What's wrong with this newborn lamb's leg? *PIC*

Discussion in 'Other Pets & Livestock' started by lisahaschickens, Mar 24, 2009.

  1. lisahaschickens

    lisahaschickens Chillin' With My Peeps

    Feb 25, 2009
    Vancouver, WA
    Hi everyone, my next door neighbors keep a few sheep - mostly to eat down their pasture, but they also slaughter one for meat now and again. They are the nicest people in the world and the sheep are spoiled rotten, but I don't honestly think they know much about sheep. For example, a week or two ago, I said to them, "looks like you're going to have some new lambs pretty soon!" And they responded with, "Baby sheep? Oh no no no... not for 2-3 months or more." I knew they had two very pregnant ewes, though. Then, this past weekend, a new lamb was born (duh.)

    Anyway, it is darling and it seems to be getting along fine and it hops and frolics and runs all over the place, but one of its front legs is kind of crooked. My neighbors mentioned it to me and they seemed worried but they have no clue why it's like that. I was wondering if anyone here might have an idea from this picture:


    Is this cause for serious concern if the lamb seems to be moving around and running and playing with no trouble?

    Thanks for any thoughts!
    Last edited: Mar 24, 2009
  2. lisahaschickens

    lisahaschickens Chillin' With My Peeps

    Feb 25, 2009
    Vancouver, WA
    anyone? (bump)
  3. griffin45

    griffin45 Chillin' With My Peeps

    Oct 15, 2008
    South Central Virgina
    I am not real familiar with the problem but I have heard of it happening, probably inbreeding. Anyway I would have splinted the leg right away. Get it straight as the bones grow and harden. The lamb would be destined for the freezer though, so i would not invest money, just time.

  4. lisahaschickens

    lisahaschickens Chillin' With My Peeps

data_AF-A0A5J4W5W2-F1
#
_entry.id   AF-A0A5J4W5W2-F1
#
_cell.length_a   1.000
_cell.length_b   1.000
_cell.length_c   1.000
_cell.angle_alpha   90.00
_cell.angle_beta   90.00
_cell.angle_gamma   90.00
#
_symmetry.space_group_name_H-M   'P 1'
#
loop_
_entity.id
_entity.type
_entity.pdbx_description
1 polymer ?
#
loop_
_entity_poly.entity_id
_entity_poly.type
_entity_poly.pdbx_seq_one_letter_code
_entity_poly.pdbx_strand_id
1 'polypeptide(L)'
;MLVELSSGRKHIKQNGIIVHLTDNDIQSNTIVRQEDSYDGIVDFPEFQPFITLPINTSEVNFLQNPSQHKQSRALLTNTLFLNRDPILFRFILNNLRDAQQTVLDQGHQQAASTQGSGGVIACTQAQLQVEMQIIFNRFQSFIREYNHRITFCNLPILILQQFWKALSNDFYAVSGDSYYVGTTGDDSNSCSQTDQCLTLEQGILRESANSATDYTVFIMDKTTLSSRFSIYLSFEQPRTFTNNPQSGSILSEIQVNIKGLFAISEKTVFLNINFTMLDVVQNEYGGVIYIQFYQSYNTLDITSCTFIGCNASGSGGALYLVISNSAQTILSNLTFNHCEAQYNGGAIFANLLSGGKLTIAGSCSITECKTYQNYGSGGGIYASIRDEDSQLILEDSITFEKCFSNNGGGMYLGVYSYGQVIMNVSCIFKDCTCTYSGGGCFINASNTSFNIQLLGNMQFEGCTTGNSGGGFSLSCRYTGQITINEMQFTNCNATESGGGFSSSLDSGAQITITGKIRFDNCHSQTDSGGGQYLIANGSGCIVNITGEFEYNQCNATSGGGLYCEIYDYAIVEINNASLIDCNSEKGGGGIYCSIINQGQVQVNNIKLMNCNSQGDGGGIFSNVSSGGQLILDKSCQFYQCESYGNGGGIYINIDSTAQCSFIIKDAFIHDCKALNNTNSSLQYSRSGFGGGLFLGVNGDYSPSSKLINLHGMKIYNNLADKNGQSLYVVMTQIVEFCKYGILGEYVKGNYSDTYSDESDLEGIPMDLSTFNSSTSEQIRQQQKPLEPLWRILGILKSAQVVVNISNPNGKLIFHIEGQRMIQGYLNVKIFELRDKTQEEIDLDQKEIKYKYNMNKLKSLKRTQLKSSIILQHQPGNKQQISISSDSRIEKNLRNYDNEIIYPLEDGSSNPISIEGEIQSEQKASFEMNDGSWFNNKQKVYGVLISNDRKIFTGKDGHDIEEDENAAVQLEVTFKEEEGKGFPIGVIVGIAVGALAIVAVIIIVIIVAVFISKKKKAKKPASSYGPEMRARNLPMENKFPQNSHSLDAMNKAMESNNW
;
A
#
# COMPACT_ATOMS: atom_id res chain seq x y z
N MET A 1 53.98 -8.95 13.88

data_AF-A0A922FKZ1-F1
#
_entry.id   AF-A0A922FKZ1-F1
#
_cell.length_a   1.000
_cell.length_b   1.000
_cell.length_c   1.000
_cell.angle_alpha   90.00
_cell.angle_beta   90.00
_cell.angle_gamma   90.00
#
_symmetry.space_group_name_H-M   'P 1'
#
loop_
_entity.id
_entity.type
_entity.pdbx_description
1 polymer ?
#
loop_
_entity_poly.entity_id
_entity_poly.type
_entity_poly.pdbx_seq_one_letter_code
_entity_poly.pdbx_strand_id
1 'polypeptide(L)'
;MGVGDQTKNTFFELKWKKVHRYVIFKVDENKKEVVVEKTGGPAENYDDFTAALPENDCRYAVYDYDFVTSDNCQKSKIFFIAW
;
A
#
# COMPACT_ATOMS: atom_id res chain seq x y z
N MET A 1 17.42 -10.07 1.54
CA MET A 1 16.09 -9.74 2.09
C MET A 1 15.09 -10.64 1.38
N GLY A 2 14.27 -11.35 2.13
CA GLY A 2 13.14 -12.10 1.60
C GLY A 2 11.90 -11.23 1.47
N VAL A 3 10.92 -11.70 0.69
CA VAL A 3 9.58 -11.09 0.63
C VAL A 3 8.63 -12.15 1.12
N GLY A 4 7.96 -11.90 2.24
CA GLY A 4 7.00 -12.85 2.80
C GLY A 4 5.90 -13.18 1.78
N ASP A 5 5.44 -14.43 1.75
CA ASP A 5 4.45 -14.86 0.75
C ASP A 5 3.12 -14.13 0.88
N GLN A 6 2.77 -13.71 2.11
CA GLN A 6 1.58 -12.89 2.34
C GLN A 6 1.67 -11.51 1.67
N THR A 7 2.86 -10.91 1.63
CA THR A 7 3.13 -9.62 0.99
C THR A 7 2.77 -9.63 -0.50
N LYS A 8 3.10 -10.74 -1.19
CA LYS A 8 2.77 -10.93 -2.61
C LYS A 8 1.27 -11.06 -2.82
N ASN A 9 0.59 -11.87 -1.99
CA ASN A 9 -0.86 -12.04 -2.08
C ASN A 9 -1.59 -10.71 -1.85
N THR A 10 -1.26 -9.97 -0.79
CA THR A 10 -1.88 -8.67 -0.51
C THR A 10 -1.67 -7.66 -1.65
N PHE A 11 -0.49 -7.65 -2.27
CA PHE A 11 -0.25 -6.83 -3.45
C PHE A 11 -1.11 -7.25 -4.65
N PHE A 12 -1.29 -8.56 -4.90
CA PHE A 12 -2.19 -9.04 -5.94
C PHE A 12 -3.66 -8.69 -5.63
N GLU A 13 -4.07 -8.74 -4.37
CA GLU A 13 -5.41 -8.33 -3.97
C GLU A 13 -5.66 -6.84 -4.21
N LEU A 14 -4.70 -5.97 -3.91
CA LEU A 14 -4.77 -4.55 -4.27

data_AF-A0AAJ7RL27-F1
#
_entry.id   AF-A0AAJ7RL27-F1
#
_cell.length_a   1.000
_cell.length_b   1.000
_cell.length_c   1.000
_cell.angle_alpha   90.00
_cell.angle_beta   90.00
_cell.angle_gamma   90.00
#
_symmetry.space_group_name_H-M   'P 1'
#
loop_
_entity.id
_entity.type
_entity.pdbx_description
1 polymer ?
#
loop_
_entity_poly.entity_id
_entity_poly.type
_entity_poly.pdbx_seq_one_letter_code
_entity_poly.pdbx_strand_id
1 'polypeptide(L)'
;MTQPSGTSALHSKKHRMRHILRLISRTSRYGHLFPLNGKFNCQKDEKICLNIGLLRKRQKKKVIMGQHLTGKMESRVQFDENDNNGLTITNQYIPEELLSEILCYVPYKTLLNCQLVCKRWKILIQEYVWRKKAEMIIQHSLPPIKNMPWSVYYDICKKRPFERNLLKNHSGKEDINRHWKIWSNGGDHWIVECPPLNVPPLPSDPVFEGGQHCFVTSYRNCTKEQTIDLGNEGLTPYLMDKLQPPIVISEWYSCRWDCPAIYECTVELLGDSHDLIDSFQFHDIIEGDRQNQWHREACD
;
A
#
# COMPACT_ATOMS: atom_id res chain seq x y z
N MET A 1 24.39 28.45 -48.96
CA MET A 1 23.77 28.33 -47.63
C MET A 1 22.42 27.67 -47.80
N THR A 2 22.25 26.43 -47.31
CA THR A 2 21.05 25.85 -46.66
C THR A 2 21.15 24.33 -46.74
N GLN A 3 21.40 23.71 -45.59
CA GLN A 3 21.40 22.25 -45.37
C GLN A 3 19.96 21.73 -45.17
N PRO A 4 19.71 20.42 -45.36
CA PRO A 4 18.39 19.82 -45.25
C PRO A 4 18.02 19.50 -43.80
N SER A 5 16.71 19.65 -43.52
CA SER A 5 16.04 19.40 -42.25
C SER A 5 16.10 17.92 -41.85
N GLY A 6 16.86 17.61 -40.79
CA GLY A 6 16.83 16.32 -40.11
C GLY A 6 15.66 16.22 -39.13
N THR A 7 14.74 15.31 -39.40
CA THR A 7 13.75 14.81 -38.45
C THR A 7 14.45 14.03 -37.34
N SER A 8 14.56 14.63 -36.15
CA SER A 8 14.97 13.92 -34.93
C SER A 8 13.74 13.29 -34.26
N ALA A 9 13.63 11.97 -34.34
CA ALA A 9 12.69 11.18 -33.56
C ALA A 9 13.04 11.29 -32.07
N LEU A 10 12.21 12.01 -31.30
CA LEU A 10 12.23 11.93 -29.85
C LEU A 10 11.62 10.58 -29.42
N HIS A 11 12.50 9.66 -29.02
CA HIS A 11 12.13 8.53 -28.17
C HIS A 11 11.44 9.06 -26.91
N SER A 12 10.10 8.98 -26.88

Feb 25, 2009
    Vancouver, WA
    ok, thanks for the feedback.
  5. PQ

    PQ Chillin' With My Peeps

    Feb 5, 2009
    Platina, Ca.
    Tape its leg straight with a splint, it is deformed most likey the way it was in the womb. Easy cheep fix if done soon enough. Happened to the gal next doors goat splinted it and took off every 2 days to check and re splint if needed. No reason for it to live that way even if it is to be butchered.
  6. bheila

    bheila Chillin' With My Peeps

    Feb 8, 2008
    Kent, Wa
    How old is the lamb? I know sometimes you can splint them and they will be just fine. But depending on how old that one is and how long it's been that way....[​IMG]
  7. lisahaschickens

    lisahaschickens Chillin' With My Peeps

    Feb 25, 2009
    Vancouver, WA
    It was born on Saturday... so it's 3 days old. I will let my neighbors know that it can most likely be fixed with a splint.

    Thanks for all the helpful responses!
  8. Chatychick

    Chatychick Chillin' With My Peeps

    Jul 9, 2007
    Blue Mound, Kansas
    Its either raidial nerve damage fro having a hard time being born. I have a goat that did this and hers didnt get better and this is what the vet said. She walks on 3 legs now and has had babies 3 times with no problem, her mother had the problems. Or it could be a selenium deficency and could use a Bo-se shot and it will help. Sometimes goat kids have problems and if you give them Bo-se shot it usually gets better pretty quick. Sure is a cute baby. Hopefully they have minerals out for their sheep.
  9. ThornyRidge

    ThornyRidge Chillin' With My Peeps

    Oct 28, 2008
    if it is a bent/flexed tendon a splint would help.. hard to actually tell size so one might need to get creative to straighten leg.. if it was not a genetic defect I would guess occurred during positioning in womb/possibly happened during birthing process..fyi.. that little thing is just too stinkin cute to eat.. I would totally snatch that baby up..
  10. lisahaschickens

    lisahaschickens Chillin' With My Peeps

    Feb 25, 2009
    Vancouver, WA
    Thanks again to everyone for all the great feedback! I will be giving my neighbors all the info you've given me, and then it's out of my hand. I really don't know if they have minerals out for their sheep, but they sure to seem healthy and happy to me.

    And also, no worries about its being eaten anytime soon. Last fall, they killed one and brought me some meat and I thanked them and looked as the pasture. I knew there were three babies because I saw them all day everyday. I looked at the flock as they handed me the meat and there were still three babies. I was confused - "you didn't kill one of the babies?" They did, after all, call the meat "lamb." But, they are from Bosnia and their English isn't perfect. Anyway, the response I got was a look of horror and then, "NO! I could never! I cannot kill the small ones. It is not in my nature! I cannot even kill these, I have my brother in law do it for me."

    They are just the sweetest people, honestly. And so the meat is really mutton, not lamb, so it's a little tougher than regular lamb meat, but it's super tasty and wonderful and not strong or gamy at all like most mutton.

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